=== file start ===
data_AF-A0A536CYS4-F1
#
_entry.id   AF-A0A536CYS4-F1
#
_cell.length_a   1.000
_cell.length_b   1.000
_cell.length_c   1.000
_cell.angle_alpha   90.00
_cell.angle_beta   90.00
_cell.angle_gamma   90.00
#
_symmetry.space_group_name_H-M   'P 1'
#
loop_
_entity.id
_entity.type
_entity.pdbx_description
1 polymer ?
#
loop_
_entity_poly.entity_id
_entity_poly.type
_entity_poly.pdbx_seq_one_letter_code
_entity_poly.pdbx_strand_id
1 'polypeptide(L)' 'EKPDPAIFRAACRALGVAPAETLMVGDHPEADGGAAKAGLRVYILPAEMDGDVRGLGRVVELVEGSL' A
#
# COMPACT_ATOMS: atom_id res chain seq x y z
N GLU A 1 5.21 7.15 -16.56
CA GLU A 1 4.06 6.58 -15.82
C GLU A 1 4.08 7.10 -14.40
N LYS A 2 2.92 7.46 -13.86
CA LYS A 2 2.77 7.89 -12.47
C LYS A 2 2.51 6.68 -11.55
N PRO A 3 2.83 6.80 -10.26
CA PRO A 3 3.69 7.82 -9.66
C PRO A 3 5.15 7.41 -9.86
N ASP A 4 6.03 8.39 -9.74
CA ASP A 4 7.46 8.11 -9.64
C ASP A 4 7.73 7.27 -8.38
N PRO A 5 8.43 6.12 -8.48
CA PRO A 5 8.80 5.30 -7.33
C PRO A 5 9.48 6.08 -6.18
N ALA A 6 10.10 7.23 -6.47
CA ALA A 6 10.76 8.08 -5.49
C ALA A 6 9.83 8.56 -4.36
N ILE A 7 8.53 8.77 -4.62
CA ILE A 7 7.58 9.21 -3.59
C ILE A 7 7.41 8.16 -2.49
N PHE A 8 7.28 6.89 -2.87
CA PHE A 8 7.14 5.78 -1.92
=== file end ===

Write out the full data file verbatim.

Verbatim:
data_AF-A0A536CYS4-F1
#
_entry.id   AF-A0A536CYS4-F1
#
_cell.length_a   1.000
_cell.length_b   1.000
_cell.length_c   1.000
_cell.angle_alpha   90.00
_cell.angle_beta   90.00
_cell.angle_gamma   90.00
#
_symmetry.space_group_name_H-M   'P 1'
#
loop_
_entity.id
_entity.type
_entity.pdbx_description
1 polymer ?
#
loop_
_entity_poly.entity_id
_entity_poly.type
_entity_poly.pdbx_seq_one_letter_code
_entity_poly.pdbx_strand_id
1 'polypeptide(L)' 'EKPDPAIFRAACRALGVAPAETLMVGDHPEADGGAAKAGLRVYILPAEMDGDVRGLGRVVELVEGSL' A
#
# COMPACT_ATOMS: atom_id res chain seq x y z
N GLU A 1 5.21 7.15 -16.56
CA GLU A 1 4.06 6.58 -15.82
C GLU A 1 4.08 7.10 -14.40
N LYS A 2 2.92 7.46 -13.86
CA LYS A 2 2.77 7.89 -12.47
C LYS A 2 2.51 6.68 -11.55
N PRO A 3 2.83 6.80 -10.26
CA PRO A 3 3.69 7.82 -9.66
C PRO A 3 5.15 7.41 -9.86
N ASP A 4 6.03 8.39 -9.74
CA ASP A 4 7.46 8.11 -9.64
C ASP A 4 7.73 7.27 -8.38
N PRO A 5 8.43 6.12 -8.48
CA PRO A 5 8.80 5.30 -7.33
C PRO A 5 9.48 6.08 -6.18
N ALA A 6 10.10 7.23 -6.47
CA ALA A 6 10.76 8.08 -5.49
C ALA A 6 9.83 8.56 -4.36
N ILE A 7 8.53 8.77 -4.62
CA ILE A 7 7.58 9.21 -3.59
C ILE A 7 7.41 8.16 -2.49
N PHE A 8 7.28 6.89 -2.87
CA PHE A 8 7.14 5.78 -1.92